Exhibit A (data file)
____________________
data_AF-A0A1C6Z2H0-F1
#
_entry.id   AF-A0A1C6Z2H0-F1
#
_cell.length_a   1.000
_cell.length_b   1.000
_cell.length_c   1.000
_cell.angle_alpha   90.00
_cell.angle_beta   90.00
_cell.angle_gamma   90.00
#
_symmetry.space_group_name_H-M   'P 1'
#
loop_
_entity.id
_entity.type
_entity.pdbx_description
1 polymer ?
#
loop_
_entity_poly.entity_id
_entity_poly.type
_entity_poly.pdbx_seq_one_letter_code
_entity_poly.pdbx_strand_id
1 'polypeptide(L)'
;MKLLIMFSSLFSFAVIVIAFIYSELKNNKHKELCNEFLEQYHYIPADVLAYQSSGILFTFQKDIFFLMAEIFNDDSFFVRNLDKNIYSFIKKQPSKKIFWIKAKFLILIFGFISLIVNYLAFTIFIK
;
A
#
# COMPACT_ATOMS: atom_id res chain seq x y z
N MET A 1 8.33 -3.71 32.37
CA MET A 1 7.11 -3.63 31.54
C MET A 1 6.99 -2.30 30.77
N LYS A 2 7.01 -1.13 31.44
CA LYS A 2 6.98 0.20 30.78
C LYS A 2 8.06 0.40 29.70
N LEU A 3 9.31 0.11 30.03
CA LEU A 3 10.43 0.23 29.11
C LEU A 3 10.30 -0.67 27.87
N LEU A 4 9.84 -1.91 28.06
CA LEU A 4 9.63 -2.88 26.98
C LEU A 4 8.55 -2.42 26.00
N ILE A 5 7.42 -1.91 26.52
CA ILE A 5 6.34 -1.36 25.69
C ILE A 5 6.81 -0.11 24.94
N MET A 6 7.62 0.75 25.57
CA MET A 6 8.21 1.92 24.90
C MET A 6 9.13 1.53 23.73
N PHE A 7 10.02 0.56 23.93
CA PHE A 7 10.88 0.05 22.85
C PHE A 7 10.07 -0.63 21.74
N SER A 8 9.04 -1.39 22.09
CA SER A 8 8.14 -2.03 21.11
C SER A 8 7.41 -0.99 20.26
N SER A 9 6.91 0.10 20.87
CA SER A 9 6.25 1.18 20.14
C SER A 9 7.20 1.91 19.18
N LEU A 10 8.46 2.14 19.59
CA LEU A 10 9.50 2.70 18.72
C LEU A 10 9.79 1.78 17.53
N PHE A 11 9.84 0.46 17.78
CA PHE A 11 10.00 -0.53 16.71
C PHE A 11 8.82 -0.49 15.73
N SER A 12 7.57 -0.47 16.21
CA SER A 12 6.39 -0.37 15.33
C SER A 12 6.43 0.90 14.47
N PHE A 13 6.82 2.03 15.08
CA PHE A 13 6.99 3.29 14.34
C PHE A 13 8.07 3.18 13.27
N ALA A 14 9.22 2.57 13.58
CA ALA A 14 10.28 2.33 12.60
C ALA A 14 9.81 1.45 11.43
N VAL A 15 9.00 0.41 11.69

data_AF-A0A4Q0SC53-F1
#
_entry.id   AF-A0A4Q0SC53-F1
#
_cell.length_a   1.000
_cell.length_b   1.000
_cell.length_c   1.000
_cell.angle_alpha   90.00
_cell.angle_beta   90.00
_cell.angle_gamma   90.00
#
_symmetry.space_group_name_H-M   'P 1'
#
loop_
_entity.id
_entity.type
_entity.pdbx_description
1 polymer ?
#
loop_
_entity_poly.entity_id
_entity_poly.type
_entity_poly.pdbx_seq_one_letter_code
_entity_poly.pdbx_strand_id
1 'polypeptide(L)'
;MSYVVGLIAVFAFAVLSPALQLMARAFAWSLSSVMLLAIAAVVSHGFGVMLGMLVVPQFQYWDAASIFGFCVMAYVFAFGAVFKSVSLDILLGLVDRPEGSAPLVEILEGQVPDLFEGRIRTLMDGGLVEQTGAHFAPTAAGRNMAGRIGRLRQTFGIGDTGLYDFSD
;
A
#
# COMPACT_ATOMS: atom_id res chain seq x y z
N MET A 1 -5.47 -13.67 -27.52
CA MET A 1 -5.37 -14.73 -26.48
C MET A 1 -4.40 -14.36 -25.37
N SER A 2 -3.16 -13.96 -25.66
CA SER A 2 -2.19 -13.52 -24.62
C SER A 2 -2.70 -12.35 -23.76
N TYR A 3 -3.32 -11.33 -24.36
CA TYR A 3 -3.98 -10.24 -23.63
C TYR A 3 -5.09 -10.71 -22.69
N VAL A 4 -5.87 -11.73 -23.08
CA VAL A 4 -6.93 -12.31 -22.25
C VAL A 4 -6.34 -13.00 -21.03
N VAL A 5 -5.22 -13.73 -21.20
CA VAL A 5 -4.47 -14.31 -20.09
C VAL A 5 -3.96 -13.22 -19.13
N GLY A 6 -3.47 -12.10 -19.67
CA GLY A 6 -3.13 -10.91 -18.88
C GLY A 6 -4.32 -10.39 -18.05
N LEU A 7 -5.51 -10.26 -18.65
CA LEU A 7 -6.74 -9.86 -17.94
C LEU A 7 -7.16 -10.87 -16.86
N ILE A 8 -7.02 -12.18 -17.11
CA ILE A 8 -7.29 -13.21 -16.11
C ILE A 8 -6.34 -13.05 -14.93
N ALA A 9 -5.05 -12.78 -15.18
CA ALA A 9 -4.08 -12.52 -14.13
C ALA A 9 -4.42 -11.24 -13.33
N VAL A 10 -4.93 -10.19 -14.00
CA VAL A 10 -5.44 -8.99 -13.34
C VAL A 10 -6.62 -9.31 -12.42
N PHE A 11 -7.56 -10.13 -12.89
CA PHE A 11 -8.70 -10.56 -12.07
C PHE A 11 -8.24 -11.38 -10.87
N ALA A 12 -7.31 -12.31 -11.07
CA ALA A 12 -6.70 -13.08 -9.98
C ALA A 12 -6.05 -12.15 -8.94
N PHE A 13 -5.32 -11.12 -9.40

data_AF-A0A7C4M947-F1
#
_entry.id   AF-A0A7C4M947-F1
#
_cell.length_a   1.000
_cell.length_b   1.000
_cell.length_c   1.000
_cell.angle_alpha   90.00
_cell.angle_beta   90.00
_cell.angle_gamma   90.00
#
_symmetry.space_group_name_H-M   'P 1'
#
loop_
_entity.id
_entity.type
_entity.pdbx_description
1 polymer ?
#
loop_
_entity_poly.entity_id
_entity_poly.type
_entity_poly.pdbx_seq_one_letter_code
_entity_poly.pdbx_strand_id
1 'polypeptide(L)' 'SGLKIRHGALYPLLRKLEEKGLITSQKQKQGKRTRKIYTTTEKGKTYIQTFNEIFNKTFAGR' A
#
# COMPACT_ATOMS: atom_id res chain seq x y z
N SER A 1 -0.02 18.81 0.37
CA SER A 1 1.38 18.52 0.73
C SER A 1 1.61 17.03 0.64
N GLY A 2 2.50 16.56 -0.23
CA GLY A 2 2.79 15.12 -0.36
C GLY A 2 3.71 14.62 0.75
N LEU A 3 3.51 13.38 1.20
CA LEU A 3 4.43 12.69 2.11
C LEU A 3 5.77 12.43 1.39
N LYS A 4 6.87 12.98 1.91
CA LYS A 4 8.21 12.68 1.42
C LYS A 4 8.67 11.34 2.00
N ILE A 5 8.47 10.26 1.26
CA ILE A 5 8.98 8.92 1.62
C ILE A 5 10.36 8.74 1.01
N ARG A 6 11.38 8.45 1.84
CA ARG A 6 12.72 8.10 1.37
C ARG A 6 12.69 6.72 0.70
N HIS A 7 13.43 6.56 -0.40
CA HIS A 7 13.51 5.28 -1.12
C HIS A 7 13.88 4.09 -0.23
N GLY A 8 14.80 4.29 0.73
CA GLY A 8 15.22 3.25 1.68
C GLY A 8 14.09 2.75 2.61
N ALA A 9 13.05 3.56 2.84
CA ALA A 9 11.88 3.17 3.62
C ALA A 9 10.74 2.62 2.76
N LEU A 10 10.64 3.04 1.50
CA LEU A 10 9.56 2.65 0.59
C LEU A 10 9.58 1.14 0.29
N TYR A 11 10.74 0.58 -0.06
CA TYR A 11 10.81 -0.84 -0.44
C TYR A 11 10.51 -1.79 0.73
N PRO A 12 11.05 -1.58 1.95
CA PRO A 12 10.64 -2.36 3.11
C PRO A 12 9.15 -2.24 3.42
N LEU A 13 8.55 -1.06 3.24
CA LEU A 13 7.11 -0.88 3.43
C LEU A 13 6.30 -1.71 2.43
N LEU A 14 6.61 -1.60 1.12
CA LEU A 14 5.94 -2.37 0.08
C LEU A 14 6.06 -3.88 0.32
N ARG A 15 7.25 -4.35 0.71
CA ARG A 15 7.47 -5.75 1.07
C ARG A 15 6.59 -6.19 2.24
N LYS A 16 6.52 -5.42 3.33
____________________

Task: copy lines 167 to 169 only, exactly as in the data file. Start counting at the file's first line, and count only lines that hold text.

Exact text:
# COMPACT_ATOMS: atom_id res chain seq x y z
N SER A 1 -0.02 18.81 0.37
CA SER A 1 1.38 18.52 0.73